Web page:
Arthur Newman

2013

Arthur Newman (2013)

TOMATOMETER

Critic Consensus: Despite the natural charisma of its leads, Arthur Newman does little with its intriguing setup, and the result is bland and unconvincing.

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Wallace Avery (Colin Firth) is tired of his existence. Divorced, disconnected from his young son, dissatisfied with his love life, depressed and in the doldrums of middle age, he decides to make a radical change by walking away from his old life. He buys a new identity and hits the road as Arthur Newman to begin life anew, bound for Terre Haute, Indiana, where he dreams of reinventing himself as a golf pro at a tiny country club. But his road trip is derailed by the entrance of Michaela "Mike" Fitzgerald (Emily Blunt), whom Arthur discovers passed out poolside at a seedy roadside motel. Mike sees through Arthur's identity scam, and soon enough Arthur sees through hers - she's a kleptomaniac fleeing from domestic turmoil of her own. Soon romance blossoms on the road to Indiana as the unexpected couple infiltrates the lives of random strangers as a way of better grasping the essence of their own waylaid lives. Painful secrets unfold; new lives take shape. But is it possible to truly start all over again? A cross-country odyssey of self-discovery and renewal, ARTHUR NEWMAN is a gently comic screen romance about two unlikely souls who fall in love and find a way to accept responsibility for who they really are. (c) Cinedigm

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Critic Reviews for Arthur Newman

All Critics (49) | Top Critics (16)

An offbeat, sometimes self-congratulatory road movie romance.

Apr 26, 2013 | Rating: 2.5/5 | Full Review…

They embark on one of those maundering, life-lessony odysseys that filmmakers love but audiences rarely do.

Apr 26, 2013 | Rating: C- | Full Review…

One of those many indies that exist to give actors a chance to go slumming.

Apr 26, 2013 | Rating: 1/4 | Full Review…

Well-acted but ultimately unmemorable ...

Apr 26, 2013 | Rating: 2/4 | Full Review…

The film equivalent of a dysfunctional computer sloppily assembled from discarded parts of other machines.

Apr 25, 2013 | Rating: 2/5

The promise it begins with doesn't pay off. And while "Arthur Newman" is not a complete disaster, it does leave you wishing the romance and the ride had been a whole lot smoother.

Apr 25, 2013 | Rating: 2.5/5 | Full Review…

Audience Reviews for Arthur Newman

½

Wallace Avery(Colin Firth) is a middle-aged manager of a box store. He is divorced from Mary Alice(Kristin Lehman, of "Motive). Together they have a teenaged son, Grant(Sterling Beaumon). Wallace is also carrying on a non-passionate affair with Mina(Anne Heche). Together, that is not enough for him. So, he fakes his own death and takes up the nom-du-renaissance of Arthur Newman, trying to keep a low profile on his way to a career as a golf pro. However, that changes when he runs into Mike(Emily Blunt) who seems familiar. "Arthur Newman" is a pleasant surprise, especially as it favors nuance over any kind of cringe factor in its character study of two truly dysfunctional, yet not hopeless, people. Some of that has to do with the movie's tone which honestly does not avoid the darkness in its premise. But most of it has to do with Colin Firth who is excellent in finding the humanity in such an otherwise lost character.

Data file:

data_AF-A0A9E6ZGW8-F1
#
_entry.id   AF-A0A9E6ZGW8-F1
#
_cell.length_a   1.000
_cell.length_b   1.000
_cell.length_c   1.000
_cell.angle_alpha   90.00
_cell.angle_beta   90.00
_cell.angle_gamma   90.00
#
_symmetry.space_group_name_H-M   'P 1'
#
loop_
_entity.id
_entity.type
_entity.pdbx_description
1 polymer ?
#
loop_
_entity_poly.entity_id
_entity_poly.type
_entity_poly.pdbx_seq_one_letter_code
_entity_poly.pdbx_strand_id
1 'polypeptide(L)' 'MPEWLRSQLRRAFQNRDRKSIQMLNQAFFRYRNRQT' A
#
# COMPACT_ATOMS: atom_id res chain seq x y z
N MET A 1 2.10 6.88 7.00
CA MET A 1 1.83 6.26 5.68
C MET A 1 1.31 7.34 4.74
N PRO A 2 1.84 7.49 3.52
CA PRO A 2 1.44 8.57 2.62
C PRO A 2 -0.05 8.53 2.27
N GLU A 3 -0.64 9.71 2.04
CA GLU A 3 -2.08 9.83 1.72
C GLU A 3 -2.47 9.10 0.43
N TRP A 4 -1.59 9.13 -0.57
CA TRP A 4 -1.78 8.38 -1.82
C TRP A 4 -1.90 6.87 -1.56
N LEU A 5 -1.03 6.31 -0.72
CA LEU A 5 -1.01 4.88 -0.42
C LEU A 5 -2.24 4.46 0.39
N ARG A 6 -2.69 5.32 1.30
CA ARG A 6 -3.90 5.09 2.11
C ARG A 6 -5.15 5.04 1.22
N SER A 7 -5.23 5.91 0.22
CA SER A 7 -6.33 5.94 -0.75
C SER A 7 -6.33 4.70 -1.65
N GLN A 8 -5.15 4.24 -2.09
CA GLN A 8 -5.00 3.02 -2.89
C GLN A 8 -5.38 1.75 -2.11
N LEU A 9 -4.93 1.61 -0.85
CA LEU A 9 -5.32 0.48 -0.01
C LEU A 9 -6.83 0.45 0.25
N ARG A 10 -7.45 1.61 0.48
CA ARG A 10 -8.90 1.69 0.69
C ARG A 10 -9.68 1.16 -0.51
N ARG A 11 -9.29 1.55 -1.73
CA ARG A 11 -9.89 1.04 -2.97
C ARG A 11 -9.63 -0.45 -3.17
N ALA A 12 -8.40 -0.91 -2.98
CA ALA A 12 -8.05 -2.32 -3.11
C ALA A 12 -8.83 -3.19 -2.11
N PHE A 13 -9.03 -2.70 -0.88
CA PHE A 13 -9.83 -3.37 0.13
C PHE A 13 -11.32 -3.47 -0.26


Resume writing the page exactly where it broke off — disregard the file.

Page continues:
Walter M.
Walter M.

Super Reviewer

This got off to a slow start...painfully slow. If it ever picked up I don't know cause I bailed.

Bathsheba Monk
Bathsheba Monk

Super Reviewer

½

An interesting film, with two of my favorite actors. Rather slow at times. I put off watching this movie due to the bad reviews, and listless quality of the trailer. I liked it better than I thought I would, though. A halfway decent, quiet afternoon movie, with a nice ending to it all...

Cynthia S.
Cynthia S.

Super Reviewer

If you don't have a life, get someone else's. Good Film! This is both a downer movie with two unhappy leads trying to survive their lives and a feel-good movie about people who find something in each other to survive. It's not quite a romance that develops, but there is a kind of loving co-dependence. It's meant to be deeper and more moving than it is mostly a issue of the writing again but you get the drift and it works overall. In the end, at the end, you wish so much it had been more than it was. It has so many interesting qualities that don't get pulled out, the surprising convergence in the plot, the game of taking on identities, the psychological depth of being who you are and accepting that. I felt let down by what did happen. The solutions are a bit obvious and almost cheap, depending on formulas seen before. Which is too bad because the set-up and the actors are worth more than that. Wallace Avery hates his job. His ex-wife and son hate him, and he's blown his one shot at living his dream. Not wanting to face all this, he stages his own death and buys himself a new identity as Arthur Newman. However, Arthur's road trip towards anew life is interrupted by the arrival of the beautiful but fragile Mike, who is also trying to leave her past behind. Drawn to one another, these two damaged souls begin to connect as they break into empty homes and take on the identities of the absent owners: elderly newlyweds, a high-roller and his Russian lady, among others. Through this process, Arthur and Mike discover that what they love most about each other are the identities they left at home, and their real journey, that of healing, begins.

Manu Gino
Manu Gino

Super Reviewer

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